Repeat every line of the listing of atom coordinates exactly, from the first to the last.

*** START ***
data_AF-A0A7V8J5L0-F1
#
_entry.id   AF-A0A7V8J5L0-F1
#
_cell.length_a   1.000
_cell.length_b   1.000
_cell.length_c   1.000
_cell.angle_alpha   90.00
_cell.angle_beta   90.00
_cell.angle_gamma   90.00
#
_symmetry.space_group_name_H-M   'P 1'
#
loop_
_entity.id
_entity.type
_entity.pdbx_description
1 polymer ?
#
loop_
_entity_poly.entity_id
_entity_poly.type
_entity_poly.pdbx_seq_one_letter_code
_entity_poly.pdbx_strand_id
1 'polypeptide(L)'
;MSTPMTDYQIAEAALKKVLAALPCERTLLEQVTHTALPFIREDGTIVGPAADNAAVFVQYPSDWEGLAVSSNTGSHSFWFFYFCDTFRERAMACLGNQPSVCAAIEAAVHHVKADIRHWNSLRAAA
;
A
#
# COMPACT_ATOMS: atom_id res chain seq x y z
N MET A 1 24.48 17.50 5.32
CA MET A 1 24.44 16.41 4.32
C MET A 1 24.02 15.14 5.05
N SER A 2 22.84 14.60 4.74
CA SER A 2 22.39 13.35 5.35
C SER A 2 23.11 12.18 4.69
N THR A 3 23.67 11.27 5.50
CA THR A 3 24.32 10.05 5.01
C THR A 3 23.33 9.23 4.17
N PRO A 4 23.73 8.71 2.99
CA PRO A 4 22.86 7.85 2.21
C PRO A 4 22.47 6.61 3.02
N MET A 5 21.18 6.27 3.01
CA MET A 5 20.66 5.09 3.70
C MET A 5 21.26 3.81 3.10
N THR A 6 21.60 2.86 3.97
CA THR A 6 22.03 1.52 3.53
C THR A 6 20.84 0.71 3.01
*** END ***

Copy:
data_AF-A0A7V8J5L0-F1
#
_entry.id   AF-A0A7V8J5L0-F1
#
_cell.length_a   1.000
_cell.length_b   1.000
_cell.length_c   1.000
_cell.angle_alpha   90.00
_cell.angle_beta   90.00
_cell.angle_gamma   90.00
#
_symmetry.space_group_name_H-M   'P 1'
#
loop_
_entity.id
_entity.type
_entity.pdbx_description
1 polymer ?
#
loop_
_entity_poly.entity_id
_entity_poly.type
_entity_poly.pdbx_seq_one_letter_code
_entity_poly.pdbx_strand_id
1 'polypeptide(L)'
;MSTPMTDYQIAEAALKKVLAALPCERTLLEQVTHTALPFIREDGTIVGPAADNAAVFVQYPSDWEGLAVSSNTGSHSFWFFYFCDTFRERAMACLGNQPSVCAAIEAAVHHVKADIRHWNSLRAAA
;
A
#
# COMPACT_ATOMS: atom_id res chain seq x y z
N MET A 1 24.48 17.50 5.32
CA MET A 1 24.44 16.41 4.32
C MET A 1 24.02 15.14 5.05
N SER A 2 22.84 14.60 4.74
CA SER A 2 22.39 13.35 5.35
C SER A 2 23.11 12.18 4.69
N THR A 3 23.67 11.27 5.50
CA THR A 3 24.32 10.05 5.01
C THR A 3 23.33 9.23 4.17
N PRO A 4 23.73 8.71 2.99
CA PRO A 4 22.86 7.85 2.21
C PRO A 4 22.47 6.61 3.02
N MET A 5 21.18 6.27 3.01
CA MET A 5 20.66 5.09 3.70
C MET A 5 21.26 3.81 3.10
N THR A 6 21.60 2.86 3.97
CA THR A 6 22.03 1.52 3.53
C THR A 6 20.84 0.71 3.01